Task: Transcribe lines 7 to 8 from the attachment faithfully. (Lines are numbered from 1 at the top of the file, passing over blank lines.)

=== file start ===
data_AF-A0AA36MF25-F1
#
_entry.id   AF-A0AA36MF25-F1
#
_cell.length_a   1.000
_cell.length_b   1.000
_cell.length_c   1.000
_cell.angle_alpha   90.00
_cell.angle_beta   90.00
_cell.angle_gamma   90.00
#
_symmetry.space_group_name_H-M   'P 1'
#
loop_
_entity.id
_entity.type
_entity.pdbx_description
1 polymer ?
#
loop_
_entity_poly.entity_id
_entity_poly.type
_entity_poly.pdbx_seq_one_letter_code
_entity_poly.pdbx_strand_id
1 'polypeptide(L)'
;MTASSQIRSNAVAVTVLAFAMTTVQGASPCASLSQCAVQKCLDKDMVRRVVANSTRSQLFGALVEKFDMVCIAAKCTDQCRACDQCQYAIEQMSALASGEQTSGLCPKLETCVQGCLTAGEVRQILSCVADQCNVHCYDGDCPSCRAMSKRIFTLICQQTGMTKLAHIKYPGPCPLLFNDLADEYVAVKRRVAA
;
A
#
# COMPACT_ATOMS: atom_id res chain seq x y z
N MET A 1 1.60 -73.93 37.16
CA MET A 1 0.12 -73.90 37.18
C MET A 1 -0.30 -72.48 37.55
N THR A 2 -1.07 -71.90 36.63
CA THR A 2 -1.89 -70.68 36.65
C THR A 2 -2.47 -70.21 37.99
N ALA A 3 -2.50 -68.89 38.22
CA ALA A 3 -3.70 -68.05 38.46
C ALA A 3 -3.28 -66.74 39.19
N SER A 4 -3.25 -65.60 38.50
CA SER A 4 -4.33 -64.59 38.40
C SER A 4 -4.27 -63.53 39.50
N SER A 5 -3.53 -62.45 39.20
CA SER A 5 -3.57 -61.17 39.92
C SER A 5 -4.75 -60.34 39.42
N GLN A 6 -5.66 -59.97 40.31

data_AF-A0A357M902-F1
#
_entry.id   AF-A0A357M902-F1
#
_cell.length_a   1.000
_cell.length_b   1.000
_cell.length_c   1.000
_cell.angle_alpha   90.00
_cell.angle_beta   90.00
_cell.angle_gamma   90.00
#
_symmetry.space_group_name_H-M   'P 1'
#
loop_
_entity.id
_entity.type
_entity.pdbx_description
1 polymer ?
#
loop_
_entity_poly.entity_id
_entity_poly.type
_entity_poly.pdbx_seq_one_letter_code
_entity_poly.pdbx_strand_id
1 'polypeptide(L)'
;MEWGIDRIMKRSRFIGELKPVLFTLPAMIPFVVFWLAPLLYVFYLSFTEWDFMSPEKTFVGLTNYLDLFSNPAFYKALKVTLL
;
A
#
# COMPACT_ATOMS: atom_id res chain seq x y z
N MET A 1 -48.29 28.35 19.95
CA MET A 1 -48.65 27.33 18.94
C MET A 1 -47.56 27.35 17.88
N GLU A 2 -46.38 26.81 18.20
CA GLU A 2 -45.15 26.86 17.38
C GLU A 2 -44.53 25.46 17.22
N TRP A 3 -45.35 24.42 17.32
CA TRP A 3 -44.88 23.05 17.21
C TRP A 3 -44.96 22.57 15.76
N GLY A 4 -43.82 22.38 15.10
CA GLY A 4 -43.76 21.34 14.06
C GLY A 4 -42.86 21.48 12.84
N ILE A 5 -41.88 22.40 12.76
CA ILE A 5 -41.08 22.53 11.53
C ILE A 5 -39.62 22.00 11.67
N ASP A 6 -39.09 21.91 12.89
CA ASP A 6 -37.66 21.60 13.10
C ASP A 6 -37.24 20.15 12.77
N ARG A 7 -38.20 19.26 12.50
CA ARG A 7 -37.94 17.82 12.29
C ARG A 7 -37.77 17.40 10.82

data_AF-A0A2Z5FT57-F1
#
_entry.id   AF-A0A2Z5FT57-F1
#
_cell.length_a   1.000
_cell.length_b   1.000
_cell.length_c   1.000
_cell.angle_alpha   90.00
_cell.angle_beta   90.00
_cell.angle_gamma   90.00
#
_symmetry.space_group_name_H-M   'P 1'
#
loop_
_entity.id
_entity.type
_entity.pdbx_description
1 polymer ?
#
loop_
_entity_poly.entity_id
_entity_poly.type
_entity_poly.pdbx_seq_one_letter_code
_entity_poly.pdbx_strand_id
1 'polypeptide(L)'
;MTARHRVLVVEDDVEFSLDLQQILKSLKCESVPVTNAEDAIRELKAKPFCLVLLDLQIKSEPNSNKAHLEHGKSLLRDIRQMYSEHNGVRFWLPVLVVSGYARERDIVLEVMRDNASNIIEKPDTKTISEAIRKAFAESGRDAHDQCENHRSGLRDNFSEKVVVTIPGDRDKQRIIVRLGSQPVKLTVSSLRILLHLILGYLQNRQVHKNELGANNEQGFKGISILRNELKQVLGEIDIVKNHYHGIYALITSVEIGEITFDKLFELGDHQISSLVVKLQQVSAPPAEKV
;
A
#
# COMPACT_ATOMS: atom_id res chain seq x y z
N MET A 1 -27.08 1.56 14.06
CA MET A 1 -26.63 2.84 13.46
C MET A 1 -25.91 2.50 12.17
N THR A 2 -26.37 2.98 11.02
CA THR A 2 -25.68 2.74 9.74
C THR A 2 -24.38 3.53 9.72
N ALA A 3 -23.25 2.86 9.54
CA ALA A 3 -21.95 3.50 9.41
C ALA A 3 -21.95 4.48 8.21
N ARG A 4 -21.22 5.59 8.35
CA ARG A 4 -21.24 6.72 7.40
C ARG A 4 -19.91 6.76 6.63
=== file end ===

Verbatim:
_cell.length_c   1.000
_cell.angle_alpha   90.00